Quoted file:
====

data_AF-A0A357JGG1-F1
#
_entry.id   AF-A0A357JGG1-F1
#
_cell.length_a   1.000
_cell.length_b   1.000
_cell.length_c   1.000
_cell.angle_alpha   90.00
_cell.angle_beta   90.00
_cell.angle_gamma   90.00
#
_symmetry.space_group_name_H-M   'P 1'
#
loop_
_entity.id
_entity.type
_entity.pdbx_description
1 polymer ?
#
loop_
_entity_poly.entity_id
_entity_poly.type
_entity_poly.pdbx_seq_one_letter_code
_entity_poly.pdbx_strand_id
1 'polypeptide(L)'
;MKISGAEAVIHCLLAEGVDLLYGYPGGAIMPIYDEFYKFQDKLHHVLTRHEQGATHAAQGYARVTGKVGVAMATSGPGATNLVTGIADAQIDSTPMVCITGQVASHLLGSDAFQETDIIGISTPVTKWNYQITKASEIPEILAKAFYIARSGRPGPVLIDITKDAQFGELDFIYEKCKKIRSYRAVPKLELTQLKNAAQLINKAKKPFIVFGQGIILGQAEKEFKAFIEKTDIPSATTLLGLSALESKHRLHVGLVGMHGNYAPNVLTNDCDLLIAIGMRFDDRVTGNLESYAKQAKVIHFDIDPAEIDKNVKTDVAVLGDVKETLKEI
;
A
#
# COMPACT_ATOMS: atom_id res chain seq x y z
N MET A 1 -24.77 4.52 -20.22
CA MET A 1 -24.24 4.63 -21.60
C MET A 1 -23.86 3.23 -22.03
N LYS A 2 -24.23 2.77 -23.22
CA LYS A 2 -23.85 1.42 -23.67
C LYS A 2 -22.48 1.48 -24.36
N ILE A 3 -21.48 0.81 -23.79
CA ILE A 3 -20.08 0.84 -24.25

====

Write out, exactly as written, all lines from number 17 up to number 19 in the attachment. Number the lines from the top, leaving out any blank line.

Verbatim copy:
_entity.pdbx_description
1 polymer ?
#